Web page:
Another fine mess: UQ student who battled lawsuit now faces fine for ‘free speech’

An activist is appealing a fine for illegal political advertising by displaying placards about the Tiananmen Square massacre.

Apr 05, 2024, updated Apr 05, 2024
Drew Pavlou (ABC image).

Drew Pavlou (ABC image).

Drew Pavlou was found guilty in a Brisbane court of failing to obtain consent for a regulated activity and not complying with a direction to cease from an authorised person.

Pavlou was fined $1000 plus $2000 for the Brisbane City Council’s costs and just under $114 for court costs by magistrate Michael Holohan in October.

His appeal against the fine due to be heard in the Brisbane District Court on Friday was adjourned until May as material had not been filed.

Pavlou set up a table and placards near the entrance to the Queen Street Mall and Chinese consulate in Brisbane’s city centre in May 2022, the Brisbane Magistrates Court trial heard.

He displayed signs saying “Nothing happened on June 4, 1989, change my mind,” referring to the date when China’s military violently ended a protest, and its government’s efforts to censor discussion of the massacre.

Pavlou appeared to be creating his own version of an internet meme that featured a right-wing US commentator challenging university students to a debate.

Pavlou was issued an infringement notice after failing to comply with a Brisbane City Council officer’s instructions to “pack up” the placards as they constituted unauthorised advertising in the mall.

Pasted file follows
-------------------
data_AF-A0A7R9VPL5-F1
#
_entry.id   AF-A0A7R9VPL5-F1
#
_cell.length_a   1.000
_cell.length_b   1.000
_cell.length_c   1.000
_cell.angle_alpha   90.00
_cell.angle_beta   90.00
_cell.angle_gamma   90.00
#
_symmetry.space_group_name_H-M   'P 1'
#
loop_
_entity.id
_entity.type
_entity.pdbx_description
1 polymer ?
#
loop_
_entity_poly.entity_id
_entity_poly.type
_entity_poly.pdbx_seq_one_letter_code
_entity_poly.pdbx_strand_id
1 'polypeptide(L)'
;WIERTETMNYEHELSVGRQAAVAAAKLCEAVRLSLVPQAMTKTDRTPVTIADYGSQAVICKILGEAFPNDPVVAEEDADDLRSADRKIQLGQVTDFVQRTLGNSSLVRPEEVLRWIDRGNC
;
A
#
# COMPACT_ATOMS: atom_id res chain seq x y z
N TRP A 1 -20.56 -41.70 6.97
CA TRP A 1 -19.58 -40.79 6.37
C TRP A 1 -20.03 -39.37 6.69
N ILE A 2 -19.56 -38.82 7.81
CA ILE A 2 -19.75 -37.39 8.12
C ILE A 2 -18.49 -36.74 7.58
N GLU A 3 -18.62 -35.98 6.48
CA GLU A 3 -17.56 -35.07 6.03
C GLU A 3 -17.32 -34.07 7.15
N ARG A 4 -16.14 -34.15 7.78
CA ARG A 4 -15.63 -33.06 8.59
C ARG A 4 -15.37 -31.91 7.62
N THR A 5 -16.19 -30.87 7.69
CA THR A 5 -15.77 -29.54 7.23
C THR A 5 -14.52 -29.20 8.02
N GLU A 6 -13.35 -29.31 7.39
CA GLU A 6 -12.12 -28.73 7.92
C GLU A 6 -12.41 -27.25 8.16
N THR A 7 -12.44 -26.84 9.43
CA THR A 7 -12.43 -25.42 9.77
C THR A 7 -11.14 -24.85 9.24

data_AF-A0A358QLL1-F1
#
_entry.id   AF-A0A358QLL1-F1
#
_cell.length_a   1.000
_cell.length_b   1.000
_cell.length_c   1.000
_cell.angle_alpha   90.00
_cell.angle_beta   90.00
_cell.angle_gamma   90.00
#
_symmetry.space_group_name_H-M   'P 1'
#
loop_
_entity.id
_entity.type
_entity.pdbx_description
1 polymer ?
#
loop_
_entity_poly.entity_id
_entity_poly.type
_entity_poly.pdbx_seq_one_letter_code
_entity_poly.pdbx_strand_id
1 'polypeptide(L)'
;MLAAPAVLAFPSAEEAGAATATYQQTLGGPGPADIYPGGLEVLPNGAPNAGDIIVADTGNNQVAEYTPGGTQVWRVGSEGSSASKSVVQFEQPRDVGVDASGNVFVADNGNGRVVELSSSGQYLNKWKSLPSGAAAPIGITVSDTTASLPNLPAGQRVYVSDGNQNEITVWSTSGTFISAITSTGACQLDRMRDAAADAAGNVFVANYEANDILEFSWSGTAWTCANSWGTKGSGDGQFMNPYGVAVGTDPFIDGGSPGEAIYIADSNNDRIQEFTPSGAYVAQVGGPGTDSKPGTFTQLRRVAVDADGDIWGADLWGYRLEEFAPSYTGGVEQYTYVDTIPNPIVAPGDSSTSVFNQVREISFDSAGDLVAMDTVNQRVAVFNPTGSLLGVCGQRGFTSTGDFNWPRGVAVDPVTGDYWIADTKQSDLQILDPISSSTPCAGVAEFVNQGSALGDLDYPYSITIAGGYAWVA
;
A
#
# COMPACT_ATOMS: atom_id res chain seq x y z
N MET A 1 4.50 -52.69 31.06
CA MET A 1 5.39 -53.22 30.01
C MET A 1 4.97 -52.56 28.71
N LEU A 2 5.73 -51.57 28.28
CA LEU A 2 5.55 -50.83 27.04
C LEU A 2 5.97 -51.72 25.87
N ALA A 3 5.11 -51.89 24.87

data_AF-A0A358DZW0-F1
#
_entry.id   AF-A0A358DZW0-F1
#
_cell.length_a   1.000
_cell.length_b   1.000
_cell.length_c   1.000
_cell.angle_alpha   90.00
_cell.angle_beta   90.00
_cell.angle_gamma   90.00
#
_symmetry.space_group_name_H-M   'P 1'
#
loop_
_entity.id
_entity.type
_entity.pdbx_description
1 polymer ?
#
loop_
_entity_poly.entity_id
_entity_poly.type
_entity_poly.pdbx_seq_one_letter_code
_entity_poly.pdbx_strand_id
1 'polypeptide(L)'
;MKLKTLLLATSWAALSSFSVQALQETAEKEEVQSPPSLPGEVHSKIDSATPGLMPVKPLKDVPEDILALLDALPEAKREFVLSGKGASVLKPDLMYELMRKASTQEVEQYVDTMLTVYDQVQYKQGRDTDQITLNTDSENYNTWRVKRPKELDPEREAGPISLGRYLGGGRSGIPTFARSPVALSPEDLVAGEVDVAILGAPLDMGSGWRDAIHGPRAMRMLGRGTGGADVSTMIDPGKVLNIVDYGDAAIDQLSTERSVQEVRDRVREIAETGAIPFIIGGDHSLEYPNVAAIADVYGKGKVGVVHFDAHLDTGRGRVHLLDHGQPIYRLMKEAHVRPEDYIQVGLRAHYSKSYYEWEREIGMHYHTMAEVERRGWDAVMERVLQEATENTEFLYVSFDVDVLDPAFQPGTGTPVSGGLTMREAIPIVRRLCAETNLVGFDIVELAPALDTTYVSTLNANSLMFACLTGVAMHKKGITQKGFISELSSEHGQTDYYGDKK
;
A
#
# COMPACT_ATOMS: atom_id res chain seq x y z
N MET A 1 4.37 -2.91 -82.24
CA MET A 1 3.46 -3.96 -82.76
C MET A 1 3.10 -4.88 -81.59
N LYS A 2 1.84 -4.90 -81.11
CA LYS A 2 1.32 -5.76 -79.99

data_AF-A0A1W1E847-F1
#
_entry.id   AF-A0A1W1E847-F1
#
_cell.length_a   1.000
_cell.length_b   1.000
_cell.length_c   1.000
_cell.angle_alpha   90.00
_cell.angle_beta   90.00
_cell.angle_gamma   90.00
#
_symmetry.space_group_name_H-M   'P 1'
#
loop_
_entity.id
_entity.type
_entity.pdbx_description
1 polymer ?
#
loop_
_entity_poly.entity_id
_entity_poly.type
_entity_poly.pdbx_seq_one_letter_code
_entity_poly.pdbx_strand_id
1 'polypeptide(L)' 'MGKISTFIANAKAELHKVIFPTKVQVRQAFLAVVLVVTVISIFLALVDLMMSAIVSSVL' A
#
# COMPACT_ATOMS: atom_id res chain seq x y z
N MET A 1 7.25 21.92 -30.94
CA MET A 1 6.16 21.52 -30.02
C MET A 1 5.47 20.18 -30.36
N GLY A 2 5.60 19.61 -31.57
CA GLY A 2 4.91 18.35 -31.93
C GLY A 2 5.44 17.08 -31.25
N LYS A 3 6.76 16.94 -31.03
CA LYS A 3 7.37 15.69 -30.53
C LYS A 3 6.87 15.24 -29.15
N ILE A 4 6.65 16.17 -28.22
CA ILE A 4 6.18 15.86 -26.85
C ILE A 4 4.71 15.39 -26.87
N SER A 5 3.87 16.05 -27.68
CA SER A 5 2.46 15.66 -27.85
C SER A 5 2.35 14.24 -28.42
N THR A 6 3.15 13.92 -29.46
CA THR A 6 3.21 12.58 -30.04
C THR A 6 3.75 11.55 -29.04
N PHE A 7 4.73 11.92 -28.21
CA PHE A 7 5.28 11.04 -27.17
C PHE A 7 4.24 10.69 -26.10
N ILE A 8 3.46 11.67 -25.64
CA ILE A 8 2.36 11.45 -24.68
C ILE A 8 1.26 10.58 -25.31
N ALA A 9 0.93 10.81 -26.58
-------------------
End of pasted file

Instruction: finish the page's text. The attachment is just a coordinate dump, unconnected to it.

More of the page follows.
The university student had been communicating his view of the Chinese Communist Party via his freedom of expression under Queensland’s Human Rights Act, Pavlou’s lawyer Anthony Morris KC argued.

Mr Holohan said the council’s laws fit the Human Rights Act’s definition of a reasonable and justifiable exemption.

“To define otherwise would allow persons to communicate political and other messages, except where they have a commercial aspect, throughout the mall without restriction,” he said.

No conviction was recorded after the court heard it would affect Pavlou’s plans to become a lawyer.

Pavlou said he was appealing the fine as it was unfair that holding a blank sign on Brisbane City Council land was subject to a “massive fine”.

“I’m sure that we’ll win … (and) it’ll be a great victory for free speech,” he told AAP outside court.

“The Queensland Human Rights Act which makes very strong protections for freedom of speech, we think that that should protect the act of holding a blank sign.”

Pavlou’s appeal hearing is listed for May 17.

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